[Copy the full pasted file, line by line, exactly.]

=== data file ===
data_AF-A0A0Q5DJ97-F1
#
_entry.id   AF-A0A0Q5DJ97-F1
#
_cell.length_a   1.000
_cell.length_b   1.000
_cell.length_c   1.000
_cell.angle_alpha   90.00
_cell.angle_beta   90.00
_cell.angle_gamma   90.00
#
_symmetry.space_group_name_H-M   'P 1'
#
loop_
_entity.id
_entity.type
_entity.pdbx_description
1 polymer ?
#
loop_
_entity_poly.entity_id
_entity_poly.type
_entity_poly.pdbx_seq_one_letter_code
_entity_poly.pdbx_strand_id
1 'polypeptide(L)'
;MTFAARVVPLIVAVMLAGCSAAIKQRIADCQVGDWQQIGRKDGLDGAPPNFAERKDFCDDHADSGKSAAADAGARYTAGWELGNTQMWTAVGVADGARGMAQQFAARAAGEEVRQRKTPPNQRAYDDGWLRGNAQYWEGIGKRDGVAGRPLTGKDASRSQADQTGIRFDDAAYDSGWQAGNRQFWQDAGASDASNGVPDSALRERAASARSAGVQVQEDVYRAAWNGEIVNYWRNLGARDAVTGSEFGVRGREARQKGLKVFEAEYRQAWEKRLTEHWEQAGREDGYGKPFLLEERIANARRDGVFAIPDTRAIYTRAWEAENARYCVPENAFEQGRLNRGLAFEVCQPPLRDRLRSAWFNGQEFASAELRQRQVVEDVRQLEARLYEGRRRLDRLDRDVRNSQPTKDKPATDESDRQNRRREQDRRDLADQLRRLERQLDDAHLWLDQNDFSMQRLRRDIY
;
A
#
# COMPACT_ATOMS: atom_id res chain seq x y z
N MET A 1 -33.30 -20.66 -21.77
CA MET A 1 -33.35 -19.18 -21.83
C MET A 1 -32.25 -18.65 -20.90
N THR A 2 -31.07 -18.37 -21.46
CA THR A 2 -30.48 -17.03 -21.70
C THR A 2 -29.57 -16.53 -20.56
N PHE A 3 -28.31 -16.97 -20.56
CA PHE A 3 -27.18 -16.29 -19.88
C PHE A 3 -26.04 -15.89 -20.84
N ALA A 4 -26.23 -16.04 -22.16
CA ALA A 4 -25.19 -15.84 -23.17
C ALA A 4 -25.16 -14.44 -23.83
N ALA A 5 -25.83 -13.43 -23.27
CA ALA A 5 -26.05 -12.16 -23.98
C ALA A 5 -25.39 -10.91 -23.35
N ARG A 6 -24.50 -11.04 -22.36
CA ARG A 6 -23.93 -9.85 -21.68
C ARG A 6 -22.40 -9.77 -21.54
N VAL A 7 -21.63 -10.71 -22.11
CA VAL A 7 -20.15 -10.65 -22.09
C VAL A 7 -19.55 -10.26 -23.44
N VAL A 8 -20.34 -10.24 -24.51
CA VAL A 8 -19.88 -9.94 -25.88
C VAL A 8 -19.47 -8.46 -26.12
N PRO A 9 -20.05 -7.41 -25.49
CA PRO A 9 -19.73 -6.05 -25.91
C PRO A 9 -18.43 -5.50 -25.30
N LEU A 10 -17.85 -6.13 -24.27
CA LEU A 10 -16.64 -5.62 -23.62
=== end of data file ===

data_AF-A0A0Q5DJ97-F1
#
_entry.id   AF-A0A0Q5DJ97-F1
#
_cell.length_a   1.000
_cell.length_b   1.000
_cell.length_c   1.000
_cell.angle_alpha   90.00
_cell.angle_beta   90.00
_cell.angle_gamma   90.00
#
_symmetry.space_group_name_H-M   'P 1'
#
loop_
_entity.id
_entity.type
_entity.pdbx_description
1 polymer ?
#
loop_
_entity_poly.entity_id
_entity_poly.type
_entity_poly.pdbx_seq_one_letter_code
_entity_poly.pdbx_strand_id
1 'polypeptide(L)'
;MTFAARVVPLIVAVMLAGCSAAIKQRIADCQVGDWQQIGRKDGLDGAPPNFAERKDFCDDHADSGKSAAADAGARYTAGWELGNTQMWTAVGVADGARGMAQQFAARAAGEEVRQRKTPPNQRAYDDGWLRGNAQYWEGIGKRDGVAGRPLTGKDASRSQADQTGIRFDDAAYDSGWQAGNRQFWQDAGASDASNGVPDSALRERAASARSAGVQVQEDVYRAAWNGEIVNYWRNLGARDAVTGSEFGVRGREARQKGLKVFEAEYRQAWEKRLTEHWEQAGREDGYGKPFLLEERIANARRDGVFAIPDTRAIYTRAWEAENARYCVPENAFEQGRLNRGLAFEVCQPPLRDRLRSAWFNGQEFASAELRQRQVVEDVRQLEARLYEGRRRLDRLDRDVRNSQPTKDKPATDESDRQNRRREQDRRDLADQLRRLERQLDDAHLWLDQNDFSMQRLRRDIY
;
A
#
# COMPACT_ATOMS: atom_id res chain seq x y z
N MET A 1 -33.30 -20.66 -21.77
CA MET A 1 -33.35 -19.18 -21.83
C MET A 1 -32.25 -18.65 -20.90
N THR A 2 -31.07 -18.37 -21.46
CA THR A 2 -30.48 -17.03 -21.70
C THR A 2 -29.57 -16.53 -20.56
N PHE A 3 -28.31 -16.97 -20.56
CA PHE A 3 -27.18 -16.29 -19.88
C PHE A 3 -26.04 -15.89 -20.84
N ALA A 4 -26.23 -16.04 -22.16
CA ALA A 4 -25.19 -15.84 -23.17
C ALA A 4 -25.16 -14.44 -23.83
N ALA A 5 -25.83 -13.43 -23.27
CA ALA A 5 -26.05 -12.16 -23.98
C ALA A 5 -25.39 -10.91 -23.35
N ARG A 6 -24.50 -11.04 -22.36
CA ARG A 6 -23.93 -9.85 -21.68
C ARG A 6 -22.40 -9.77 -21.54
N VAL A 7 -21.63 -10.71 -22.11
CA VAL A 7 -20.15 -10.65 -22.09
C VAL A 7 -19.55 -10.26 -23.44
N VAL A 8 -20.34 -10.24 -24.51
CA VAL A 8 -19.88 -9.94 -25.88
C VAL A 8 -19.47 -8.46 -26.12
N PRO A 9 -20.05 -7.41 -25.49
CA PRO A 9 -19.73 -6.05 -25.91
C PRO A 9 -18.43 -5.50 -25.30
N LEU A 10 -17.85 -6.13 -24.27
CA LEU A 10 -16.64 -5.62 -23.62